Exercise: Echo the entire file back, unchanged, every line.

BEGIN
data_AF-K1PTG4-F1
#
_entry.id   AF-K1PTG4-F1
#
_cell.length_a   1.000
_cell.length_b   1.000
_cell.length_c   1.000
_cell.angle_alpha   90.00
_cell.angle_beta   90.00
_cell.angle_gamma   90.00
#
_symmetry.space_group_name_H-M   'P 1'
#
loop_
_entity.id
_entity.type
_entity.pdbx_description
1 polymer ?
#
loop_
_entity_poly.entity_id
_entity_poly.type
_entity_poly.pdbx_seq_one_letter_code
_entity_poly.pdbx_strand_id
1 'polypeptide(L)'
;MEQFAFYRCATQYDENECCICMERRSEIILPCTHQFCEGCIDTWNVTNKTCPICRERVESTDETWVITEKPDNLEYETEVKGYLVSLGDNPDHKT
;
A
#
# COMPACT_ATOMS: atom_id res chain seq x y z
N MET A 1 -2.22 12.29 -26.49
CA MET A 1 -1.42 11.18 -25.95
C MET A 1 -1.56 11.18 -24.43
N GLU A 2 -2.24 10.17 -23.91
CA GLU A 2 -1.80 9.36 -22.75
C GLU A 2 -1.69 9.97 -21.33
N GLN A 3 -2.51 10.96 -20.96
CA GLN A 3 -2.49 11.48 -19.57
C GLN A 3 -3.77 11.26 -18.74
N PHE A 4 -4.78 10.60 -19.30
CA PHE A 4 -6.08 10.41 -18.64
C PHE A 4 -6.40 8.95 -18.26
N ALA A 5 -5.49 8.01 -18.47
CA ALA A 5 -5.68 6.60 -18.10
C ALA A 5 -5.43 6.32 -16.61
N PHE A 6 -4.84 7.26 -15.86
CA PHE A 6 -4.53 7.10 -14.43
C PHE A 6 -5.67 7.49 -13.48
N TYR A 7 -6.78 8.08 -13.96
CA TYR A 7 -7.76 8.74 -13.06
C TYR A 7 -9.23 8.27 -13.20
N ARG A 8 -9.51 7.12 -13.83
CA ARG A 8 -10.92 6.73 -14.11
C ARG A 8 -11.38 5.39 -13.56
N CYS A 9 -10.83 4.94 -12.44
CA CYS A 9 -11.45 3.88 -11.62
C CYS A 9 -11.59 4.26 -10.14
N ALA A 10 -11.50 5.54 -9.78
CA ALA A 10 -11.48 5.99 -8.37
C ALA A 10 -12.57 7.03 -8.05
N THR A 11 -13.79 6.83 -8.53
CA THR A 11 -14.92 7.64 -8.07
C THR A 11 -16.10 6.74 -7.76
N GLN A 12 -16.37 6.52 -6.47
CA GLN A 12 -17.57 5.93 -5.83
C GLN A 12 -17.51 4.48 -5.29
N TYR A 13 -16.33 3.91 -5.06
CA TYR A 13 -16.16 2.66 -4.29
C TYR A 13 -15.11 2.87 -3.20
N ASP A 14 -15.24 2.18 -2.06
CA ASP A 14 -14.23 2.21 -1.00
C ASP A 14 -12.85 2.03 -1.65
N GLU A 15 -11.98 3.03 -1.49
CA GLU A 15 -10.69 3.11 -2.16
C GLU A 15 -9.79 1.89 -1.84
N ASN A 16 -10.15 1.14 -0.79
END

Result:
data_AF-K1PTG4-F1
#
_entry.id   AF-K1PTG4-F1
#
_cell.length_a   1.000
_cell.length_b   1.000
_cell.length_c   1.000
_cell.angle_alpha   90.00
_cell.angle_beta   90.00
_cell.angle_gamma   90.00
#
_symmetry.space_group_name_H-M   'P 1'
#
loop_
_entity.id
_entity.type
_entity.pdbx_description
1 polymer ?
#
loop_
_entity_poly.entity_id
_entity_poly.type
_entity_poly.pdbx_seq_one_letter_code
_entity_poly.pdbx_strand_id
1 'polypeptide(L)'
;MEQFAFYRCATQYDENECCICMERRSEIILPCTHQFCEGCIDTWNVTNKTCPICRERVESTDETWVITEKPDNLEYETEVKGYLVSLGDNPDHKT
;
A
#
# COMPACT_ATOMS: atom_id res chain seq x y z
N MET A 1 -2.22 12.29 -26.49
CA MET A 1 -1.42 11.18 -25.95
C MET A 1 -1.56 11.18 -24.43
N GLU A 2 -2.24 10.17 -23.91
CA GLU A 2 -1.80 9.36 -22.75
C GLU A 2 -1.69 9.97 -21.33
N GLN A 3 -2.51 10.96 -20.96
CA GLN A 3 -2.49 11.48 -19.57
C GLN A 3 -3.77 11.26 -18.74
N PHE A 4 -4.78 10.60 -19.30
CA PHE A 4 -6.08 10.41 -18.64
C PHE A 4 -6.40 8.95 -18.26
N ALA A 5 -5.49 8.01 -18.47
CA ALA A 5 -5.68 6.60 -18.10
C ALA A 5 -5.43 6.32 -16.61
N PHE A 6 -4.84 7.26 -15.86
CA PHE A 6 -4.53 7.10 -14.43
C PHE A 6 -5.67 7.49 -13.48
N TYR A 7 -6.78 8.08 -13.96
CA TYR A 7 -7.76 8.74 -13.06
C TYR A 7 -9.23 8.27 -13.20
N ARG A 8 -9.51 7.12 -13.83
CA ARG A 8 -10.92 6.73 -14.11
C ARG A 8 -11.38 5.39 -13.56
N CYS A 9 -10.83 4.94 -12.44
CA CYS A 9 -11.45 3.88 -11.62
C CYS A 9 -11.59 4.26 -10.14
N ALA A 10 -11.50 5.54 -9.78
CA ALA A 10 -11.48 5.99 -8.37
C ALA A 10 -12.57 7.03 -8.05
N THR A 11 -13.79 6.83 -8.53
CA THR A 11 -14.92 7.64 -8.07
C THR A 11 -16.10 6.74 -7.76
N GLN A 12 -16.37 6.52 -6.47
CA GLN A 12 -17.57 5.93 -5.83
C GLN A 12 -17.51 4.48 -5.29
N TYR A 13 -16.33 3.91 -5.06
CA TYR A 13 -16.16 2.66 -4.29
C TYR A 13 -15.11 2.87 -3.20
N ASP A 14 -15.24 2.18 -2.06
CA ASP A 14 -14.23 2.21 -1.00
C ASP A 14 -12.85 2.03 -1.65
N GLU A 15 -11.98 3.03 -1.49
CA GLU A 15 -10.69 3.11 -2.16
C GLU A 15 -9.79 1.89 -1.84
N ASN A 16 -10.15 1.14 -0.79